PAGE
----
Sly Stone returned in late 1975 with what was essentially a solo release as the album does not officially credit Family Stone members yet still boasts the band’s name. It would set the tone for the rest of his career as, upon occasion, he would use former Family members but would mainly hire session musicians to fill in the sound where needed.
1975 found disco on the rise and funk established as a commercially viable musical form. High On You would be a product of its time. It may not have been cutting edge but it contained some pleasurable and accessible funky moments. It was now such groups as The Ohio Players who were breaking new ground as a listen to their Skin Tight, Honey, and Fire albums will quickly verify.
In some ways it is amazing that Sly was able to produce an album at all. Drugs and the disintegration of family and group had taken their toll. While not of the caliber of such classics as Stand, There’s A Riot Goin’ On, or Dance To The Music, it proved that he could still produce credible and listenable music.
The first three tracks are excellent. “I Get High On You,” which is sort of an autobiographical connector between drugs and women contains pop/funk rhythms and is as energetic as anything Sly would produce during the seventies. “Crossword Puzzle,” with its often humorous lyrics, is another party song which Sly was so expert at crafting. Here it is the use of brass that drives the song along. “That’s Lovin’ You” is the only true ballad on the album and Sly manages a clear voiced and emotional performance. If the other seven tracks had been as good we may have had something here.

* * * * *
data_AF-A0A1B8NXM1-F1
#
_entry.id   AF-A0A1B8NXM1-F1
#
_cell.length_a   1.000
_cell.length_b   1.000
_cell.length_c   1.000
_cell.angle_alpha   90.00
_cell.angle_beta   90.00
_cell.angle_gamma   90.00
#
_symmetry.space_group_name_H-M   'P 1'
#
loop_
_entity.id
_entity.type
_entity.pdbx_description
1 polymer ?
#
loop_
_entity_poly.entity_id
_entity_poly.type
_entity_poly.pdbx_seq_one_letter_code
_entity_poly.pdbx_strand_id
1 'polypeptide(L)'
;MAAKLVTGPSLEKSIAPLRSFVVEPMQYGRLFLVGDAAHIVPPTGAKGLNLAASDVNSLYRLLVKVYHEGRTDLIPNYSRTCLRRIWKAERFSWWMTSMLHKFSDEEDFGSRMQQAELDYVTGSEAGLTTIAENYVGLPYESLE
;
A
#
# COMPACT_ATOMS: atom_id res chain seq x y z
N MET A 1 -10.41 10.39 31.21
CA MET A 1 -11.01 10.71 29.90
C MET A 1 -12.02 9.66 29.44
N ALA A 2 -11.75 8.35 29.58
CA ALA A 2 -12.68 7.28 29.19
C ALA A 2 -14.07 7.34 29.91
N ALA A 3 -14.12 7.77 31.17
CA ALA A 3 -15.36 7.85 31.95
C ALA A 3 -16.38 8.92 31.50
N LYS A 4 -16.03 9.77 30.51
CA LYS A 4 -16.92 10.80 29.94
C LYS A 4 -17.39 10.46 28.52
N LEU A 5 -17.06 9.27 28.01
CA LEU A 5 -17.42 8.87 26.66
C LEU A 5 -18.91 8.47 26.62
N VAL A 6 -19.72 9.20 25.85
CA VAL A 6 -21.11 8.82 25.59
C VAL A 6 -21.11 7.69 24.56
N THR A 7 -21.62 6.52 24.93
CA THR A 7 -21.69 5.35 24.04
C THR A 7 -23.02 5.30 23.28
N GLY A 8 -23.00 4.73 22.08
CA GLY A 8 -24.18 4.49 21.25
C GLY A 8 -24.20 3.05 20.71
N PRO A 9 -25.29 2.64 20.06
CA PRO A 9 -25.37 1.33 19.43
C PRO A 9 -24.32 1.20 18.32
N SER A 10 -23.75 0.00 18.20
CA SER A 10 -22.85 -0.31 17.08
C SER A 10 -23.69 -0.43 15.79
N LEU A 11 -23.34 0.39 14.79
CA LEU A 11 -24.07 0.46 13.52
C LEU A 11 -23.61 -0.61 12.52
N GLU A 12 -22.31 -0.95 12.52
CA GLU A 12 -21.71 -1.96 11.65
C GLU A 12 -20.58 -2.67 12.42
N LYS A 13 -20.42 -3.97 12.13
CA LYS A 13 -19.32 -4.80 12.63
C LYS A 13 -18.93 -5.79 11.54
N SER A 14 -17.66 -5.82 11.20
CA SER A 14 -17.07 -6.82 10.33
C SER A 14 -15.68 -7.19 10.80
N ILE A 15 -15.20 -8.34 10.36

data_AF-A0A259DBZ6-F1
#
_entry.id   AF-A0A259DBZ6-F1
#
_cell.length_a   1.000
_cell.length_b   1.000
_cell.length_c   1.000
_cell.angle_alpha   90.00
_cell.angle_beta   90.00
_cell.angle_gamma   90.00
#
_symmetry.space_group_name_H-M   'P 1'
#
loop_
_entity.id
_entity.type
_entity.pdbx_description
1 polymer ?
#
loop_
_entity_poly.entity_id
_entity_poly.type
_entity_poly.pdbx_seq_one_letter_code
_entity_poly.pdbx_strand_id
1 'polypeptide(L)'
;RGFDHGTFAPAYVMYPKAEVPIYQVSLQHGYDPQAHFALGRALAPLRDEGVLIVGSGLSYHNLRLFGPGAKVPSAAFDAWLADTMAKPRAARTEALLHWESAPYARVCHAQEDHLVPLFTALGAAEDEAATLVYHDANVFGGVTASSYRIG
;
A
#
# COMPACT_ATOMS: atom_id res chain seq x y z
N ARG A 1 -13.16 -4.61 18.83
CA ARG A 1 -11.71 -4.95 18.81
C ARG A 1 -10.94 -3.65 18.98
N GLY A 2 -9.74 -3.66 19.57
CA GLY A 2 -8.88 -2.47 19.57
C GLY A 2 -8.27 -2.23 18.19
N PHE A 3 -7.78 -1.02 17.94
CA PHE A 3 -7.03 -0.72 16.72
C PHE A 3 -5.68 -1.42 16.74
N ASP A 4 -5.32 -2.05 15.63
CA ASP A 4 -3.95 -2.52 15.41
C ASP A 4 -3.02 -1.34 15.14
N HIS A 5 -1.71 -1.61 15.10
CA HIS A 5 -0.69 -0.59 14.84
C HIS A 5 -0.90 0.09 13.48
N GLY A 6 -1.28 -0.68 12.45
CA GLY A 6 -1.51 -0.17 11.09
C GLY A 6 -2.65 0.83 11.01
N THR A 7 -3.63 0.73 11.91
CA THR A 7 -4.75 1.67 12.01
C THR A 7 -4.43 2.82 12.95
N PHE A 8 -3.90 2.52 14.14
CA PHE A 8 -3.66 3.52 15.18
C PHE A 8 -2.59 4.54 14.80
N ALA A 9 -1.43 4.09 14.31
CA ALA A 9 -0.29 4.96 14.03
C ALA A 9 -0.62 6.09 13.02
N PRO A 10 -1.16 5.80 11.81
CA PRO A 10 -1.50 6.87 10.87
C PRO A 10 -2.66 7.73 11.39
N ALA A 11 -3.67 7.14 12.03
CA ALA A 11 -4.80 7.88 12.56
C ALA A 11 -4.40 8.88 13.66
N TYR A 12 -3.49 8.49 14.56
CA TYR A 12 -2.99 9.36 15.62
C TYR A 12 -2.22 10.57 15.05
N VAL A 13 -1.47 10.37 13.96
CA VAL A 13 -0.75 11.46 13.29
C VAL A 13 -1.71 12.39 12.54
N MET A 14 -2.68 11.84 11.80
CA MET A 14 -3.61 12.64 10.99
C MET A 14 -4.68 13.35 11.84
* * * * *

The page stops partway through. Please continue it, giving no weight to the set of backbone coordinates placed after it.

“So Good To Me” does contain a nice bass line and “Green Eyed Monster Girl” has some interesting keyboard work that meanders in and out of the mix throughout the song. However, such songs as “Le Lo Li,” “Greed,” “My World,” “Organize,” and “Who Do You Love?” are basically Sly trying to reinvent himself and only ending up as a shallow imitation of his best work.
When thinking of the music of Sly & The Family Stone, High On You is usually a forgotten afterthought. In fact, my vinyl copy does not leave the shelf. It is, however, interesting in places and a good example of seventies music. In the final analysis, though, it remains an inoffensive but ultimately non-essential release.